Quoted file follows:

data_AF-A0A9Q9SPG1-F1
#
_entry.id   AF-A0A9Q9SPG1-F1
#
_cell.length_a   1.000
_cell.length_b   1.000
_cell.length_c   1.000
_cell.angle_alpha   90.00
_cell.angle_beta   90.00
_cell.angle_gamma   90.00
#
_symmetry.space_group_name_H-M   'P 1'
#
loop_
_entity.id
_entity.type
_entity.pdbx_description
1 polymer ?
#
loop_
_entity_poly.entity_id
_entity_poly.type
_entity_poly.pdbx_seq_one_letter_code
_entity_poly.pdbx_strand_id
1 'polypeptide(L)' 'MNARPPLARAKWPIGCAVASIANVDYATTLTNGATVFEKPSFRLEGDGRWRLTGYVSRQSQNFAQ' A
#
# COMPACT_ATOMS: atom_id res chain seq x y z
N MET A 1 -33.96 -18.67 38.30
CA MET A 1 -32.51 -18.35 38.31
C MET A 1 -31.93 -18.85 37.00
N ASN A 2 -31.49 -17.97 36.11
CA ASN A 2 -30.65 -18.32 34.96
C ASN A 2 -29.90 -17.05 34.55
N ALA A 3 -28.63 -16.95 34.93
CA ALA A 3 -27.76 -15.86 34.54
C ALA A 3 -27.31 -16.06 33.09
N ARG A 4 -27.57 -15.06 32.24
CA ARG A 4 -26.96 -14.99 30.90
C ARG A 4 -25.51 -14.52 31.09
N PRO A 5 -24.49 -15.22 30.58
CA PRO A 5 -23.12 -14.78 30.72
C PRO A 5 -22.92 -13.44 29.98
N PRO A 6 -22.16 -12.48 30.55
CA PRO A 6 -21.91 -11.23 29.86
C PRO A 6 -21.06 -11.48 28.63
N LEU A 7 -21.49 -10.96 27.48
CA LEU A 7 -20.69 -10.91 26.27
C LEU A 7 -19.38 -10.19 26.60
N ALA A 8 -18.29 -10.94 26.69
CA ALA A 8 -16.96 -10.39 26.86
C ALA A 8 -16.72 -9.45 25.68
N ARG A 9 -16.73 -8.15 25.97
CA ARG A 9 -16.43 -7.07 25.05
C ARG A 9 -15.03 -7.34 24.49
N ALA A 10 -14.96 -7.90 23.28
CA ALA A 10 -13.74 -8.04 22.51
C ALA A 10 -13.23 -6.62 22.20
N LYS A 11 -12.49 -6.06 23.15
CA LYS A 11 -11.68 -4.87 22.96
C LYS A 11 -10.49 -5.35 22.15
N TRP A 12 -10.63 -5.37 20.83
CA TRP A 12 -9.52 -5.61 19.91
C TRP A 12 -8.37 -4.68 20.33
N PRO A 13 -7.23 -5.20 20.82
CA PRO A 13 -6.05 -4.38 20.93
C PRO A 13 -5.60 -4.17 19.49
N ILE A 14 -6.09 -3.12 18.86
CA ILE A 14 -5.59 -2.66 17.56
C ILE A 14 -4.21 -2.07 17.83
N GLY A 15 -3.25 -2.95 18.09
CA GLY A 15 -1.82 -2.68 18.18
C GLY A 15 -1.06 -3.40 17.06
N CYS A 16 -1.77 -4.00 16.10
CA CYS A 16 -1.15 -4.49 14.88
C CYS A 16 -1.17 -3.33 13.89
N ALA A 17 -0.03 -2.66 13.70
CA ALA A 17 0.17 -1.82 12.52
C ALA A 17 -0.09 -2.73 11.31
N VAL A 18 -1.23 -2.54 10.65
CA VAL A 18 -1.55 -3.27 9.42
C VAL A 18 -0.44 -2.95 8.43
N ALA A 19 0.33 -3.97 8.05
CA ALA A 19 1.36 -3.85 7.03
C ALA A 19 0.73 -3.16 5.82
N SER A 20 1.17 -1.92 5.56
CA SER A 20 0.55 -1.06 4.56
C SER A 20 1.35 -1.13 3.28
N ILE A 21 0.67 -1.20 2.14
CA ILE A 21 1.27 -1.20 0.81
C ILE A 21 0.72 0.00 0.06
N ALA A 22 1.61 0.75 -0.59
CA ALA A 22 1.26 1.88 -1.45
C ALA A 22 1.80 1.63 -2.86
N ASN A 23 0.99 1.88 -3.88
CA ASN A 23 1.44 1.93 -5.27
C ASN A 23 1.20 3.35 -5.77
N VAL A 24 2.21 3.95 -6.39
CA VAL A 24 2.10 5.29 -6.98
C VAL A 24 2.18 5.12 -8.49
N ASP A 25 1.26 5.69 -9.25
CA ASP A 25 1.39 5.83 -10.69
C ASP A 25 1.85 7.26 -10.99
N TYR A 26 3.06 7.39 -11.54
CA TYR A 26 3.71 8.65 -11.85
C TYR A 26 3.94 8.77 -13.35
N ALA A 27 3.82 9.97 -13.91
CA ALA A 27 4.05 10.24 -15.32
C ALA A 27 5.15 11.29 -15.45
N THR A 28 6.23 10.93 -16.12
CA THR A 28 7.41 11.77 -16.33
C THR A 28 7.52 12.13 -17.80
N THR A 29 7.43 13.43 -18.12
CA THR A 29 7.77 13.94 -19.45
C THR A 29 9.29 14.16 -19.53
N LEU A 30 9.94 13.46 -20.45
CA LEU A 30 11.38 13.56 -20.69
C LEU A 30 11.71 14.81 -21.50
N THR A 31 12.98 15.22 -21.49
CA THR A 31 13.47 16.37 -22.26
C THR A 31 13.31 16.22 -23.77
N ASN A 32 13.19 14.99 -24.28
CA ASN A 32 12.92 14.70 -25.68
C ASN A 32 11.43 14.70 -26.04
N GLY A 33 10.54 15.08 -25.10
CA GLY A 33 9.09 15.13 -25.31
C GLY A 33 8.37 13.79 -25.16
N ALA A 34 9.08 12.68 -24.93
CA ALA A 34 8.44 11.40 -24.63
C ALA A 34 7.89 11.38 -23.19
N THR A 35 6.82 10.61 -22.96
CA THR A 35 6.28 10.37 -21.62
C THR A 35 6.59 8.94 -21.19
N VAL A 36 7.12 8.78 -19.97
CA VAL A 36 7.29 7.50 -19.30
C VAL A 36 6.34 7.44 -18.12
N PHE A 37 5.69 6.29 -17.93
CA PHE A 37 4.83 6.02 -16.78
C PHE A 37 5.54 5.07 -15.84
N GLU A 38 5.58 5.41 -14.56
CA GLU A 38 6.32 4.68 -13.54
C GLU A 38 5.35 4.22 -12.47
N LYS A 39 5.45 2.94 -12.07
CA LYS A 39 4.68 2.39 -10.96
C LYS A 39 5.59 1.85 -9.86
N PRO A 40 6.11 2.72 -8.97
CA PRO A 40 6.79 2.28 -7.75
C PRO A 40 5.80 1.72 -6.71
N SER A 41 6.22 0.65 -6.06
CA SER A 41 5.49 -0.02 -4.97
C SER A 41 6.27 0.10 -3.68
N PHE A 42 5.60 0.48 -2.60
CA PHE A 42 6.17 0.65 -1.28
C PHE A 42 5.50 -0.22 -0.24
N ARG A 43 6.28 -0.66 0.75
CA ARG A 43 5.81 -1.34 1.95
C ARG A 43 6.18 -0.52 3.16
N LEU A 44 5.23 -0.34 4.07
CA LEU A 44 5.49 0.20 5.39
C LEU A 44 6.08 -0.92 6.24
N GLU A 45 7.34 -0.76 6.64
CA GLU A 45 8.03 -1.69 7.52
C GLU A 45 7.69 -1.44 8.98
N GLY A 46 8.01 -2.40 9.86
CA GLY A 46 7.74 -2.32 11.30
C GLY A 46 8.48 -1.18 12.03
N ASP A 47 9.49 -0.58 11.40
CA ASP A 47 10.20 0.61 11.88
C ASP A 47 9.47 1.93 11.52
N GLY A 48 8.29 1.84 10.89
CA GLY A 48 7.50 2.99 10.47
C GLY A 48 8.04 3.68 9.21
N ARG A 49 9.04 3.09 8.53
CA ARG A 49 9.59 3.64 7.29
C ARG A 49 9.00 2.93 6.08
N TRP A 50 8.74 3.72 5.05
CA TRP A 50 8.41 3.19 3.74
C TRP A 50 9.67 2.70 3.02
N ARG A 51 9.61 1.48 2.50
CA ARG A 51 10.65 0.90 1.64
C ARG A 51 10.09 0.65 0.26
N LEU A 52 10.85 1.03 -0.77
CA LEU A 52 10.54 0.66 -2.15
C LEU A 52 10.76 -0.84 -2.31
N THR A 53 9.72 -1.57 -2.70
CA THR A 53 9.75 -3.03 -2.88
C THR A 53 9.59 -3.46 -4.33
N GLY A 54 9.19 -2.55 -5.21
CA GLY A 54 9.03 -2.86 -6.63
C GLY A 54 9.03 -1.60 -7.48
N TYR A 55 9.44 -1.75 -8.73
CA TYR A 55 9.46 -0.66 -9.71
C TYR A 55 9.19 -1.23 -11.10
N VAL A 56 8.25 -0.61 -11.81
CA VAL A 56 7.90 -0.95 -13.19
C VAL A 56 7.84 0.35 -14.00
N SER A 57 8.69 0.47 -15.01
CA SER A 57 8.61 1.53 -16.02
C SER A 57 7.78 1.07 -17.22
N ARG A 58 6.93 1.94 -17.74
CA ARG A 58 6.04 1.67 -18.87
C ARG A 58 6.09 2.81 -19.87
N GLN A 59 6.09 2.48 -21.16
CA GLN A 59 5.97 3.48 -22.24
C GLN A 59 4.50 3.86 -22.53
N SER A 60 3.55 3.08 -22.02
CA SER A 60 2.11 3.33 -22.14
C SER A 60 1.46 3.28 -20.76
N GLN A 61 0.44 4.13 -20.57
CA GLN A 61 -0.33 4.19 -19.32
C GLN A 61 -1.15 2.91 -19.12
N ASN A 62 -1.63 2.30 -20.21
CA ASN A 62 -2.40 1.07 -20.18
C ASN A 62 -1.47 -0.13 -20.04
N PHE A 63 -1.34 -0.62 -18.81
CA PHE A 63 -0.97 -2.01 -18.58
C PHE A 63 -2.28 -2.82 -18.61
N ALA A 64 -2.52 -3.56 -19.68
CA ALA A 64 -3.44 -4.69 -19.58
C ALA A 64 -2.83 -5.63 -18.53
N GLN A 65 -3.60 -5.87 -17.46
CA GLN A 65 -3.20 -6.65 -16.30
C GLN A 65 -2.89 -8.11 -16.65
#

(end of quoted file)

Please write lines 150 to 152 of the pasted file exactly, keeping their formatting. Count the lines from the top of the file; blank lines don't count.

C SER A 41 6.27 0.10 -3.68
N PHE A 42 5.60 0.48 -2.60
CA PHE A 42 6.17 0.65 -1.28